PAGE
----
Beyond the Branch
The right glass for every beer

SF cocktail history

Plymouth gin is the bartender's favorite brand here in San Francisco. What's nice is that the brand sponsors events to thank them for it. In the winter they offered a lecture on molecular mixology techniques, and earlier this week they flew in David Wondrich to lead a big group on a cocktail history tour of San Francisco. Always the hanger-on, I crashed the party.

We started at the Buena Vista Cafe for an Irish Coffee to get us warmed up. We then each took a flask filled with Sydney Ducks Punch (named after San Francisco's most notorious gang of the Gold Rush era), and headed off to North Beach.

We stopped into Vesuvio for a Negroni and pizza. None of these things have anything to do with San Francisco cocktail history but Vesuvio is a cool old bar. Then we headed to the site of the El Dorado (where the Hilton is on Kearny now), a bar/hotel with a tent ceiling, chandelier, and all-female orchestra. It is reported that Jerry Thomas worked there, though no proof has been found. It was so posh the bartender used a solid gold muddler, which someone suggested that Mr. Mojito recreate and sell online.

Close by at the site of the Transamerica building was the Bank Exchange where the Pisco Punch was invented. We called up pisco historian Guillermo Toro-Lira and yelled "cheers!" while he was on speakerphone.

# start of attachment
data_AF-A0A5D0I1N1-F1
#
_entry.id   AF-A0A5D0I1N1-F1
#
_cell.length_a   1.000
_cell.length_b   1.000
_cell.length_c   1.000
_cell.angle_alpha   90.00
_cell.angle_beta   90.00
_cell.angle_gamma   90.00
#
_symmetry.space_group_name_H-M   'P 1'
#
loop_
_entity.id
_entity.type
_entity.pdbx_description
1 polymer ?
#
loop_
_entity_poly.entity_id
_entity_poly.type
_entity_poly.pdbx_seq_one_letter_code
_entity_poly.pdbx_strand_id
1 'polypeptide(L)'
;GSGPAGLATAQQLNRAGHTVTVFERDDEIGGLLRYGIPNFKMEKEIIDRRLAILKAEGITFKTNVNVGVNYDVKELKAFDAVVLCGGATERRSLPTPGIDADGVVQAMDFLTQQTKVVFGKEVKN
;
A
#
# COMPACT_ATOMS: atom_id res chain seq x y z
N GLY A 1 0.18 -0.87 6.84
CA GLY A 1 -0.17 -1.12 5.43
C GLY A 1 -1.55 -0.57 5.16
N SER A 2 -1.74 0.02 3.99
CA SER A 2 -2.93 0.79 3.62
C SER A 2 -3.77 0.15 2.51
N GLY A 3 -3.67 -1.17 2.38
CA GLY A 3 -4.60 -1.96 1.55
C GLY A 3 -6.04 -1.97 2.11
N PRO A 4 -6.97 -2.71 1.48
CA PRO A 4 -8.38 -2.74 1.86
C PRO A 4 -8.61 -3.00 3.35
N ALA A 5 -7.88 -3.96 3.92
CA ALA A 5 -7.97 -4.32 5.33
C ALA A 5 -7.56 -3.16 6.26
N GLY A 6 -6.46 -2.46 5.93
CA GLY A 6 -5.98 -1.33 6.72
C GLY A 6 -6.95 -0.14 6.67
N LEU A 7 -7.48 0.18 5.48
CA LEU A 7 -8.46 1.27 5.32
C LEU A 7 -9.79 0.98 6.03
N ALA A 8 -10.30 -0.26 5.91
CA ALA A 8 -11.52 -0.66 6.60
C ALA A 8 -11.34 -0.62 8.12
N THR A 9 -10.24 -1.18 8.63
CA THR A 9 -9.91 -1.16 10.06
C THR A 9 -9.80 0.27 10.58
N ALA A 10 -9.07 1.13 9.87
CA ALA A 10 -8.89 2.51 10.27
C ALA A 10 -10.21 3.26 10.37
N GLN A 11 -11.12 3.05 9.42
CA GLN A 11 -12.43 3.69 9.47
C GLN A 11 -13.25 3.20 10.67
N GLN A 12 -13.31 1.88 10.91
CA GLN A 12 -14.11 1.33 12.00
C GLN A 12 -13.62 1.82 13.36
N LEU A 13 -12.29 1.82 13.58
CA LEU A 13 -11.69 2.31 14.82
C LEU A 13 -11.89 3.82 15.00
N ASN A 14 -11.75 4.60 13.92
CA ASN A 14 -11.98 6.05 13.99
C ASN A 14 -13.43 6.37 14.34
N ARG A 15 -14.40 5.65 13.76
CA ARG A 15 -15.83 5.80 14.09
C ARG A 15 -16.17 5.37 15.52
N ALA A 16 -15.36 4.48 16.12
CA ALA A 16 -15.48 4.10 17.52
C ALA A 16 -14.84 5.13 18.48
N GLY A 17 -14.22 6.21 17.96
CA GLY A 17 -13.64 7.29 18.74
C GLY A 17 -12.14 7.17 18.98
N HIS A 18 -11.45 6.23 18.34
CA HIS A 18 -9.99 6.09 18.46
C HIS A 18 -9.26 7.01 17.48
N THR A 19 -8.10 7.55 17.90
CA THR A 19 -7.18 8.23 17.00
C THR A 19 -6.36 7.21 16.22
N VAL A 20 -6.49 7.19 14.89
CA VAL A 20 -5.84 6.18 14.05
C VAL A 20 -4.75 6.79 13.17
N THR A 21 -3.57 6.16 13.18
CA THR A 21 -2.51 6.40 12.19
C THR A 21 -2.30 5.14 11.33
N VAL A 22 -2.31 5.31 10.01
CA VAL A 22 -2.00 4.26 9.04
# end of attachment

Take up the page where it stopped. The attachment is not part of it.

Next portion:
Next up was the site of the Occidental Hotel at 130 Montgomery, where Jerry Thomas worked his second time living in San Francisco. Then we headed to the Palace Hotel where Cocktail Bill Boothby was the head bartender, and had the Palace Cocktail (gin, orange juice, pineapple syrup, egg white) while hearing about its pre-and post-quake history.

Our last stop for food, jazz, and many more drinks was the House of Shields, which will be celebrating its 100th anniversary this April. There we learned about the history of the Gibson cocktail, which was created in SF in the late 1890's. It was simply London dry gin and dry vermouth, without the orange bitters and garnish that defined a Martini. A Gibson with an olive was called a St. Francis Cocktail and popularized at the St. Francis Hotel. The Gibson eventually became the Martini, so to distinguish the old drink from the new martini they added a cocktail onion as in the Gibson we know today.

Luckily I wrote that down because on our sixth hour of drinking the details got fuzzy. I continued to stay and hang out with the crew until long after it was reasonable, then spent the next day reflecting quietly on the previous night's adventures.

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